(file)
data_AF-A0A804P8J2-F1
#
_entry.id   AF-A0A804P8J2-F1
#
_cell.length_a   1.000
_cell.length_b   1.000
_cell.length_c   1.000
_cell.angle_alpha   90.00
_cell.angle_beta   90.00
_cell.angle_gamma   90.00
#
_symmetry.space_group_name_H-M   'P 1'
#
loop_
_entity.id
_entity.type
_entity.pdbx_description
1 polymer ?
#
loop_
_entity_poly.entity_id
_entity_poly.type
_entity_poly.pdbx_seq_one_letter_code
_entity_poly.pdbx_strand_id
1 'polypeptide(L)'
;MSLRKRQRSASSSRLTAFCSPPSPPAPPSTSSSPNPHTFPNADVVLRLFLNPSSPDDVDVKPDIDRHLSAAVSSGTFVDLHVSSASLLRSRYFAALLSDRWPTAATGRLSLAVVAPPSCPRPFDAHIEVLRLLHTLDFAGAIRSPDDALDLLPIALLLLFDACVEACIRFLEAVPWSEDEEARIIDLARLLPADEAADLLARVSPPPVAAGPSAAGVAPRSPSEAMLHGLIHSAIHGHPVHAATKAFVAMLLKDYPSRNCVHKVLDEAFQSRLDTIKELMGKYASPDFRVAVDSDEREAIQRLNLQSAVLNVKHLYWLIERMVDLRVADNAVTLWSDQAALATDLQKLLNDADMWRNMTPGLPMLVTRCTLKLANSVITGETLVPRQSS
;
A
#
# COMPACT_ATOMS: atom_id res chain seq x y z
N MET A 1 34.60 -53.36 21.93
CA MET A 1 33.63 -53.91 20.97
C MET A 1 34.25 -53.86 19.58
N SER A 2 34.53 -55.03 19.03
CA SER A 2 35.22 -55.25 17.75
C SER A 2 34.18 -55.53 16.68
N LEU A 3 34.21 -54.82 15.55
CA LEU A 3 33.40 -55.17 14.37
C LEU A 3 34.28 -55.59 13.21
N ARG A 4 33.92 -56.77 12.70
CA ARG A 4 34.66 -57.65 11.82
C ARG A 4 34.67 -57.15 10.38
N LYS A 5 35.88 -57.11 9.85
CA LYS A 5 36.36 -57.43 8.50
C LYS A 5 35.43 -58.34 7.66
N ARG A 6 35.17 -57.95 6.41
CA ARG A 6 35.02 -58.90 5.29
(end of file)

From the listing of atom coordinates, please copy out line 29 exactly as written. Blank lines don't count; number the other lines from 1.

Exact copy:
#